News Release

BU researcher awarded $3.7 million to study how endothelial cell health impacts disease

Grant and Award Announcement

Boston University School of Medicine

(Boston)—Naomi Hamburg, MD, the Joseph A. Vita Professor of Medicine at Boston University Chobanian & Avedisian School of Medicine, has been awarded a five-year, $3.7 million grant from the National Heart, Lung and Blood Institute for her research study, “Endothelial Cell Health Across the Spectrum of Cardiometabolic Disease.”

 

Cardiometabolic diseases are a group of common but often preventable conditions including heart attack, stroke, diabetes, insulin resistance and non-alcoholic fatty liver disease. The escalating prevalence of cardiometabolic risk factors including obesity and type 2 diabetes mellitus (T2DM) presents a critical cardiovascular challenge. Individuals with cardiometabolic disease harbor greater risk of cardiovascular disease (CVD) including accelerated vascular aging and premature blood vessel blockages. Importantly, changes in the endothelial cells that line blood vessels predate the development of clinical CVD. Endothelial cell health is a window into early heart disease risk. Getting a glimpse into endothelial cells from people has potential to help create new treatments to protect blood vessel health.

 

“Experimental studies and our prior work link altered metabolism to organelle (subcellular structure that has one or more specific jobs to perform in the cell) stress including mitochondrial dysfunction and stress. In this proposal, we hypothesize that organelle stress induced by cardiometabolic traits drives vascular dysfunction and promotes CVD,” explains Hamburg who also is chief of the vascular biology section and interim director of the Whitaker Cardiovascular Institute at the school.

 

This study will leverage a unique and highly experienced multidisciplinary team of investigators with expertise in obesity-related cardiovascular disease, endothelial biology, population science, translational patient-oriented research, multi-omics and bioinformatics to study endothelial cell health at an unprecedented scale. Using resources from the Framingham Heart Study, Hamburg and her team will investigate the association of T2DM and cardiometabolic traits with endothelial cells (EC) phenotype including organelle stress and nitric oxide.

 

Hamburg, also a cardiologist and vascular medicine specialist at Boston Medical Center, is a recognized expert in the field of vascular medicine and the clinical translation of vascular biology. Her research work, which seeks to understand approaches to restore vascular health in patients with cardiometabolic disorders and peripheral artery disease, and to evaluate the impact of novel tobacco products and long COVID has been continuously funded by the National Institutes of Health and other foundations for the past 15 years. She has developed highly innovative approaches to study endothelial cells from patients to dissect the mechanisms of disease and identify new targets for heart disease therapies.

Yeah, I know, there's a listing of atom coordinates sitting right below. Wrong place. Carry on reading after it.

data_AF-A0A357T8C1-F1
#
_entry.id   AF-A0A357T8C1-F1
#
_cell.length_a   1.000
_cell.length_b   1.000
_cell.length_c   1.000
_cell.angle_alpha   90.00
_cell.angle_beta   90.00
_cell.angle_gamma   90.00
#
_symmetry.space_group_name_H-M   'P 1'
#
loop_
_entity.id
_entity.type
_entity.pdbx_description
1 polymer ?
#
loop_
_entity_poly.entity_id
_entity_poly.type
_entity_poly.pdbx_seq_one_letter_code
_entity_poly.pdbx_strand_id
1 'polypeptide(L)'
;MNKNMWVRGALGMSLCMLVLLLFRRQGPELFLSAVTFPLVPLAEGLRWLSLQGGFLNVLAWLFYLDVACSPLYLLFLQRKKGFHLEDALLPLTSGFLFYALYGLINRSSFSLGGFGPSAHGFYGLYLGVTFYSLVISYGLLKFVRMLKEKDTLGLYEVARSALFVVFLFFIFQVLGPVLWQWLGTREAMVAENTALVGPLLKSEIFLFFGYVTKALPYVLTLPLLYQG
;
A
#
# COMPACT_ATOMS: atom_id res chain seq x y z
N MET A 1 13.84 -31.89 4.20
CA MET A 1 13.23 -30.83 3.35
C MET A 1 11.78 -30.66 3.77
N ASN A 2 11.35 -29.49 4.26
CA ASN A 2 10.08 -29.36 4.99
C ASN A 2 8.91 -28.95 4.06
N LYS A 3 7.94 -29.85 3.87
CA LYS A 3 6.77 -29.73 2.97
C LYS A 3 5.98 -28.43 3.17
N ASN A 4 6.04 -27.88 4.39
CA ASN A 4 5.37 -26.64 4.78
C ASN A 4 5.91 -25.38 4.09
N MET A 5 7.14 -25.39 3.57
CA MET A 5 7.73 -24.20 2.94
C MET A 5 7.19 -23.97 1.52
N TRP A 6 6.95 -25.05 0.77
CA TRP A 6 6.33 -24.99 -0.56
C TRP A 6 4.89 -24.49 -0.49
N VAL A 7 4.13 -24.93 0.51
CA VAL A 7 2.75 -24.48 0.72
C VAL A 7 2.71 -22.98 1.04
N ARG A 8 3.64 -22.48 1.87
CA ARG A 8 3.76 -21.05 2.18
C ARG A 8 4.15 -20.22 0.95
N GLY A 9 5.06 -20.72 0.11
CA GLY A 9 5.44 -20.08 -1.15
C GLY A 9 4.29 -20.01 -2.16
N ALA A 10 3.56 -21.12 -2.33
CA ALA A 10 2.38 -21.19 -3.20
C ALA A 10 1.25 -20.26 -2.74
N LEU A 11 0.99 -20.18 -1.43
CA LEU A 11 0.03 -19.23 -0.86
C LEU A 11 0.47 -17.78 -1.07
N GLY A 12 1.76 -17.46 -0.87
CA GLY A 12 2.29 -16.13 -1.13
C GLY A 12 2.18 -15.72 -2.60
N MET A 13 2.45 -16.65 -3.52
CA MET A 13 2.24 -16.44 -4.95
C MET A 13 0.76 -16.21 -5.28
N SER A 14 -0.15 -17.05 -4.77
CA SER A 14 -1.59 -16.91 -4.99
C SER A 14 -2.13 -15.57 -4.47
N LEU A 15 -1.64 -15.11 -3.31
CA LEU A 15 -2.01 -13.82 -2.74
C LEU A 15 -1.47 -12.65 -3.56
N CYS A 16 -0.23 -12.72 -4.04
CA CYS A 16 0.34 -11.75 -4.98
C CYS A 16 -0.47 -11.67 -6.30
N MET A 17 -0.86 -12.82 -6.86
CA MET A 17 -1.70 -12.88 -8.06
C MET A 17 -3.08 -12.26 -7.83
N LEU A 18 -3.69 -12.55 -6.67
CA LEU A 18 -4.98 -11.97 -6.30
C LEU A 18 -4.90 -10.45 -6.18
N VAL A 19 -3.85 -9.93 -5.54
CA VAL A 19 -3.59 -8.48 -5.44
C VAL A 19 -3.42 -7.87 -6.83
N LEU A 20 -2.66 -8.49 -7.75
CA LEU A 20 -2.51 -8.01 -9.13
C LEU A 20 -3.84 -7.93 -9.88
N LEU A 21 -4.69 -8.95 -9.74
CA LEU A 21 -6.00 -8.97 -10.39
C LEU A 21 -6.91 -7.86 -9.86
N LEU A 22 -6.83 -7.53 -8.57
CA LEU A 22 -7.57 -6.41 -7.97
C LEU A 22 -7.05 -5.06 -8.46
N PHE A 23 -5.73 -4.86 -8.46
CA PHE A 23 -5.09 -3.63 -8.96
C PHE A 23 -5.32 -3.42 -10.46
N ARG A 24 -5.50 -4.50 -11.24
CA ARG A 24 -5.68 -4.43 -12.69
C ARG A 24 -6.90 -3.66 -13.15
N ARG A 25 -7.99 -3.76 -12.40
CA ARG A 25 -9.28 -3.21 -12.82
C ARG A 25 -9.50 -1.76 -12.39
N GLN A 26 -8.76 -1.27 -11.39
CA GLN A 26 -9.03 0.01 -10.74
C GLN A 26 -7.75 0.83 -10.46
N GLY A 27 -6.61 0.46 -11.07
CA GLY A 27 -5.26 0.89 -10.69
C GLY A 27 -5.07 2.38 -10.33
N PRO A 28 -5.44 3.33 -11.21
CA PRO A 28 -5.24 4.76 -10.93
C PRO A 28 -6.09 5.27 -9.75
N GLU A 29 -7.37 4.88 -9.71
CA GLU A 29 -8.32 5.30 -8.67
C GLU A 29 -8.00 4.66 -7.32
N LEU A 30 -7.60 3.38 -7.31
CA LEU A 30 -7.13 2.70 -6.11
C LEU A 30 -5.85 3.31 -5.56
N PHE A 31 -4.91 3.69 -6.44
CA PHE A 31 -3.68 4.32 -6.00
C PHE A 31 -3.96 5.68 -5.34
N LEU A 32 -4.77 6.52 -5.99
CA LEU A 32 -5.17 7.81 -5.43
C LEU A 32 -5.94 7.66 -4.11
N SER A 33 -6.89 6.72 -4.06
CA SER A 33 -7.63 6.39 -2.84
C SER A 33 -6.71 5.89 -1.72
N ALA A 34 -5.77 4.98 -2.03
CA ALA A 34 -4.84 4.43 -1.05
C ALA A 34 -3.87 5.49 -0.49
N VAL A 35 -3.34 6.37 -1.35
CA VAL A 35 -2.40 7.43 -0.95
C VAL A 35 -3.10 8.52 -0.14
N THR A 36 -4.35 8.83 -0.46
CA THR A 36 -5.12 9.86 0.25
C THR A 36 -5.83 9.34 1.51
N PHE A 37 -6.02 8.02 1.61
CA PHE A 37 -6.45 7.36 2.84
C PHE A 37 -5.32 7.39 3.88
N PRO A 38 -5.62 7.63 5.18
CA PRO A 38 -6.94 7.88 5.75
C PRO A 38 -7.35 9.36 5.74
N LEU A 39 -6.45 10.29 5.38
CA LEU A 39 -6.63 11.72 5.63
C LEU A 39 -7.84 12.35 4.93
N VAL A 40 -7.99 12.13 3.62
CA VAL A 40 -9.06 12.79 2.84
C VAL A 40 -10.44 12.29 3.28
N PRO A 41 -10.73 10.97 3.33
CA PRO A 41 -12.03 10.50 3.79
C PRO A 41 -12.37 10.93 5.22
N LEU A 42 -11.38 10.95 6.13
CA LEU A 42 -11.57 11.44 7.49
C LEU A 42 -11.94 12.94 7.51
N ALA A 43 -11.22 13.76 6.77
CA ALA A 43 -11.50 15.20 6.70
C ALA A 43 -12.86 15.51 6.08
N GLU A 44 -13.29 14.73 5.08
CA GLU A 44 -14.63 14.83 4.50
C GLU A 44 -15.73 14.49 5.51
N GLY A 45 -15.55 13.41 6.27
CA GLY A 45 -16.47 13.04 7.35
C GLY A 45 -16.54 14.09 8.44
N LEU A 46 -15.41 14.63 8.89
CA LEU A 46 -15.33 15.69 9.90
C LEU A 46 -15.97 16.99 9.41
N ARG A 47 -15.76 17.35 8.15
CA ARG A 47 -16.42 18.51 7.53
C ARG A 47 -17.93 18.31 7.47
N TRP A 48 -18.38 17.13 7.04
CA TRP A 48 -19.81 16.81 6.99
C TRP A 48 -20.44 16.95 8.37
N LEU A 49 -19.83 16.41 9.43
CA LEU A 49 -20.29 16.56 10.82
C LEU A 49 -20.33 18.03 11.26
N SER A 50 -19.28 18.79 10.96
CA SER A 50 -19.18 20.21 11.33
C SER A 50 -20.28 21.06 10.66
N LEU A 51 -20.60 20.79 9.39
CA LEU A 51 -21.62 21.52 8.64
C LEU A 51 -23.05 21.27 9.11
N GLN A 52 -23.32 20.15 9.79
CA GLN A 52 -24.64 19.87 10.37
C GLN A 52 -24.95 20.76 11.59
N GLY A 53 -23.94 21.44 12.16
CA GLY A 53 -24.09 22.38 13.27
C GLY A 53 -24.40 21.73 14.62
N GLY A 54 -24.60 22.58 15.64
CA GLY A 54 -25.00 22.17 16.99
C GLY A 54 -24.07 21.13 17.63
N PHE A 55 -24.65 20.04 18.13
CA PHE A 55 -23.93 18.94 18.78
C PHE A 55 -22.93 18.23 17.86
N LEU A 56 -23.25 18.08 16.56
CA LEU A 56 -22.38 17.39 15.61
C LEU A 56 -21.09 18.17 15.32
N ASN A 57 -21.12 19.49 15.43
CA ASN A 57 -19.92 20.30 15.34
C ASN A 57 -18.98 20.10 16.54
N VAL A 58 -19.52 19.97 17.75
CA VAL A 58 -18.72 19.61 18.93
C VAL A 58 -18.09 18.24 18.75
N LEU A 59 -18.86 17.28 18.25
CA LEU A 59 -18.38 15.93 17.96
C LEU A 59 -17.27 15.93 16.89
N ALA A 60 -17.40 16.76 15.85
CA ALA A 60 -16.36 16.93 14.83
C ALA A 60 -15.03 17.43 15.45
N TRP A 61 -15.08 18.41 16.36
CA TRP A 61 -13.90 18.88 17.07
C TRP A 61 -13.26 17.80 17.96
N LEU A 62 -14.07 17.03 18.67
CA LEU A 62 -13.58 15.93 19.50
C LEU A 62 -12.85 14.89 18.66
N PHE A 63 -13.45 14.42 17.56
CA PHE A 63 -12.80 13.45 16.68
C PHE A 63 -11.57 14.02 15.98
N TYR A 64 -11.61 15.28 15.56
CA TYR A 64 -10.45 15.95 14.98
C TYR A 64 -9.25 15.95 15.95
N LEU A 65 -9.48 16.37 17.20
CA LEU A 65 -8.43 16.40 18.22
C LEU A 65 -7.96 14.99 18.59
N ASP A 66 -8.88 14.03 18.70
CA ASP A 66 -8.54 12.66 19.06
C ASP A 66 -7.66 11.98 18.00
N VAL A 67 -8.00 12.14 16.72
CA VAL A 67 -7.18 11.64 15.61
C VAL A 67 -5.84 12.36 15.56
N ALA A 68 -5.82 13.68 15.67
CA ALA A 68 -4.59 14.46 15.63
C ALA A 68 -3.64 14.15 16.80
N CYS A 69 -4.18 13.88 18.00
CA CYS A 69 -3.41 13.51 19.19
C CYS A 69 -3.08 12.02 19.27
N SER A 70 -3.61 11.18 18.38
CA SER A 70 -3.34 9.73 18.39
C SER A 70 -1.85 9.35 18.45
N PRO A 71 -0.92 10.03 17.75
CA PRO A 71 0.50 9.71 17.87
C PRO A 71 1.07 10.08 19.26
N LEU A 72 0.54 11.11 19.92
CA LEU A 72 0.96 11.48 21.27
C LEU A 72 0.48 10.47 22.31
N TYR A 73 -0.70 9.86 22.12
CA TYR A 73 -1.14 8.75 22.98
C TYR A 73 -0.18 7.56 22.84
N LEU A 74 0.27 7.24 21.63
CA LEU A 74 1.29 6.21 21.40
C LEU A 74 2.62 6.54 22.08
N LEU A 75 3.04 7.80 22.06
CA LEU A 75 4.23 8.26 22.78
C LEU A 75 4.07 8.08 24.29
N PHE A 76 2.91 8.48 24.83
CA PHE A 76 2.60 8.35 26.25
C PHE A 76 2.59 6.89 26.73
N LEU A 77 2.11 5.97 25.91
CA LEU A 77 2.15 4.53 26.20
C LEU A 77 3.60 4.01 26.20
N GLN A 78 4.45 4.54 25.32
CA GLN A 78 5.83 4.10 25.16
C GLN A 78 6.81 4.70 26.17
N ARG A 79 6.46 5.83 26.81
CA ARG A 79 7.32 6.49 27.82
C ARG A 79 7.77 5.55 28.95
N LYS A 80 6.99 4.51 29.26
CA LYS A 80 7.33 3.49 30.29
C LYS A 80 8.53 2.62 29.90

Hamburg has held multiple leadership positions in the field of Vascular Medicine including the chair of the Peripheral Vascular Disease Council of the American Heart Association, and as a board member of the Society of Vascular Medicine, American Society of Echocardiography and Vascular Testing Division of the Intersocietal Accreditation Commission. She co-chaired the Advanced Training Statement on Vascular Medicine from the American College of Cardiology and the Society of Vascular Medicine.

 

She has authored more than 150 scientific papers in the peer-reviewed literature and has served on guideline writing committees. She is a past associate editor of the journal Vascular Medicine and current associate editor for Circulation Research. Hamburg is passionate about improving the care of vascular diseases and mentoring scientists and physicians.

 


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